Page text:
(František Muzika, Z Českého ráje V (Ležící torzo), 1944)
František Muzika (1900-1976), a key member of the Czech New Wave scene, created haunting paintings that blended human form with the surrounding landscapes. His painting that heads this post inspired me to collect various science fiction covers (from a mix of English and non-English language presses) that showcase the interlacing of human and landscape — the body (or body parts) as landscape. There are many many many more covers on this theme and perhaps I’ll gather them for a later post. I am torn over my favorite! Leigh Taylor’s cover for the 1967 edition of J.G. Ballard’s The Disaster Area (1967) certainly embodies (no pun intended) the feel of Ballard’s fiction. And of course, Karel Thole always puts in a good shift—and his cover for Howard Fast’s The General Zapped an Angel (1970) has long been one of my favorites….
What are your favorites? Why? Know of any other covers I could include in future posts on this theme? I’d love to hear from you.
For more SF art posts consult the INDEX (for example on Doomed and Domed Cities)
(Leigh Taylor’s cover for the 1967 edition of The Disaster Area (1967), J. G. Ballard)
(Gilles Rimbault’s cover for Galaxie (2ème série), #61 (1969), ed. Alain Dorémieux)
(Karel Thole’s cover for the 1970 edition of The General Zapped an Angel (1970), Howard Fast)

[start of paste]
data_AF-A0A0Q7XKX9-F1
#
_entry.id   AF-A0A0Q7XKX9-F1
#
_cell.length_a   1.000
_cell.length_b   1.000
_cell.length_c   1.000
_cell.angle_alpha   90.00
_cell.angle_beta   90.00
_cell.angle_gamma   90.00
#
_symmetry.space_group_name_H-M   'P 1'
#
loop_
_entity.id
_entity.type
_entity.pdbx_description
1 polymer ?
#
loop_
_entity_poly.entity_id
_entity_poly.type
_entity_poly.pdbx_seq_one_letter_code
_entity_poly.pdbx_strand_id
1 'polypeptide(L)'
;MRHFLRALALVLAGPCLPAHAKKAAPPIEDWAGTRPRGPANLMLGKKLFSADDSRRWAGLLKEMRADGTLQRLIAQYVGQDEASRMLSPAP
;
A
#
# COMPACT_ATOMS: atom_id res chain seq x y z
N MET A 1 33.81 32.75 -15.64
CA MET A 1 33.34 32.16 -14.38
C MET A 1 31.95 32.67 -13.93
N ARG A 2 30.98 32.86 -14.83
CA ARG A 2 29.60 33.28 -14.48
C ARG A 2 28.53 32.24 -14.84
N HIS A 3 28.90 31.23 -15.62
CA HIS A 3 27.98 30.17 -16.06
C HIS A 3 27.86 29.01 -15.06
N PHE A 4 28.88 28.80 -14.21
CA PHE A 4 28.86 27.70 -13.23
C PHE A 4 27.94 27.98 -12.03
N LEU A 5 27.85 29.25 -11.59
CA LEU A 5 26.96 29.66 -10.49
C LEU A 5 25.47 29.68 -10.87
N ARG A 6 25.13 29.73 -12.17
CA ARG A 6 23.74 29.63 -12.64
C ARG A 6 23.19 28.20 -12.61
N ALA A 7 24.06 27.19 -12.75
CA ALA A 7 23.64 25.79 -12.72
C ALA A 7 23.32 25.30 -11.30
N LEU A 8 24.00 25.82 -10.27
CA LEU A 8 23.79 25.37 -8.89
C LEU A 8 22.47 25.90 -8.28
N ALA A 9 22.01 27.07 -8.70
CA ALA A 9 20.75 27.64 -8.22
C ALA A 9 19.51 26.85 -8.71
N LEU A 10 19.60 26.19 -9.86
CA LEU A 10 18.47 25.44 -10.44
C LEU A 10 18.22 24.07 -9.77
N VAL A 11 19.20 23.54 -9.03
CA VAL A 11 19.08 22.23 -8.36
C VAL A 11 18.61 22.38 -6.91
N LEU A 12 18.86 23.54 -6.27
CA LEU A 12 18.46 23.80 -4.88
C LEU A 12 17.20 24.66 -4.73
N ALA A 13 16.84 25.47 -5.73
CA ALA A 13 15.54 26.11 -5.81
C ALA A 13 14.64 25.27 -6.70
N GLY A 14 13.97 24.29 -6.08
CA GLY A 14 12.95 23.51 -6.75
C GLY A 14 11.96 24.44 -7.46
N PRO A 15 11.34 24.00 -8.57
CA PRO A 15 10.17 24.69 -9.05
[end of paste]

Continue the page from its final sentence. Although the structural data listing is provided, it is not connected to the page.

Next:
(Karel Thole’s cover for Brainrack (1974), Kit Pedler and Gerry Davis)
(Jean-Claude Forest’s cover for Fiction, #64 (1959), ed. Alain Dorémieux)
(Paul Stinson’s cover for the 1978 edition of Karma: A Novel of Retribution and Transcendence (1978), Arsen Darnay)
(Wojtek Siudmak’s cover for the 1978 edition of Darker Than You Think (1948), Jack Williamson)
(Mario Sarchielli’s cover for Fiction, #248 (1974), ed. Alain Dorémieux)(Jean-François Jamoul’s cover for Fiction, #300 (1979), ed. Daniel Riche)
(Michel Desimon’s cover for Fiction, #171 (1968), ed. Alain Dorémieux)
(Ed Emshwiller’s cover for the June 1960 issue of The Magazine of Fantasy and Science Fiction, ed. Robert P. Mills)
22 thoughts on “Adventures in Science Fiction Cover Art: Body as Landscape”
Karel Thole’s cover for The General Zapped an Angel – That’s either an odd coloured sea or an extreme amount of blood! Very evocative.
It’s a scan of my edition — very happy to have it as I’ve wanted a copy for a long time. Thole (as you might know) mostly illustrated for Italian and German presses but he occasionally created wonderful covers for a handful of American ones…. He’s one of my favorites.
Thanks Tom. I’ve read and reviewed the book (many years ago) — and it’s hard not to forget that Lehr cover!
(have a favorite from this bunch?)
The Emsh cover for F&SF really struck me. There’s more to it than what meets the eye (ha ha). Emshwiller’s cover (1960) appears to have beaten Lem’s Solaris (1961) by a year with the idea of a planet-spanning organism-intelligence (a desert rather than an ocean) that can physically manifest objects. Now I’m curious whether it actually illustrates one of the stories in that issue.
According to ISFDB.org The Emshwiller cover illustrates a French SF story “The Non-Humans” (1958) by Charles Henneberg (note a lot of Henneberg stories were written by his wife).